Why is non-adherence still a problem for many hemophilia patients? There’s a very simple answer here: it’s because hemophilia can be difficult to manage and hard to live with.
There’s not just one answer to solve the problem of non-adherence. Every single patient is different and experiences the illness in a different way, so generalizing is pointless.
That said, there are steps that can be taken which are likely to reduce non-adherence issues:
- Have a conversation with your doctor. Discuss your personal experience with the illness and be blunt about the type of treatment you think you would be easiest for you to manage.
- If the patient is a child, encourage them to participate in the above conversation. Remember, this is about them and eventually they’ll be making all medical decisions on their own.
- Remind yourself, or your child, that most treatment doesn’t have an immediate effect. Monotonous short-term treatment is what produces long-term positive effects (even though you can’t see the long-term right now).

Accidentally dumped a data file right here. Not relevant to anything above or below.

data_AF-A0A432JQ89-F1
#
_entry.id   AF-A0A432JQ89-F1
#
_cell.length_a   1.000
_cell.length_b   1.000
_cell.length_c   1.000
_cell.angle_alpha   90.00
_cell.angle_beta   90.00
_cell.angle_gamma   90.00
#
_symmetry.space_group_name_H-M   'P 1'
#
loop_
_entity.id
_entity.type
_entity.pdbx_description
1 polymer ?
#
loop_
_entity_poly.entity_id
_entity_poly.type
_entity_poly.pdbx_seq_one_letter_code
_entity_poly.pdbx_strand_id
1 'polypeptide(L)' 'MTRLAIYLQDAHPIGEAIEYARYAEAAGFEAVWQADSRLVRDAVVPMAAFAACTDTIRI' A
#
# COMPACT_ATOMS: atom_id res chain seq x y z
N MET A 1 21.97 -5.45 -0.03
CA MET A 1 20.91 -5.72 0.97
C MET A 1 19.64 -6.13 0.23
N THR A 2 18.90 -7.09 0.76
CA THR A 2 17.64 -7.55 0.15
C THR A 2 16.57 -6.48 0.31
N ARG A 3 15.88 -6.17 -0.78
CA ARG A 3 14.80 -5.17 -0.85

- Make a checklist, to-do list, or schedule that will help you hold yourself accountable for your treatment.
- Know that not everything will be smooth sailing, but adherence will make the illness so much easier to manage.
There are unrealistic optimists and unrealistic pessimists in this world. The vast majority of us are unrealistic optimists and we tend to have unrealistic ideas about our hemophilia diagnosis and what treatment is really necessary.
Additionally, humans tend to be illogical, but we assume we are both logical and rational. For instance, we know exercise is good for us, we’re physically able to exercise, and we’re motivated to exercise, but even when we have the opportunity to exercise we often don’t take it.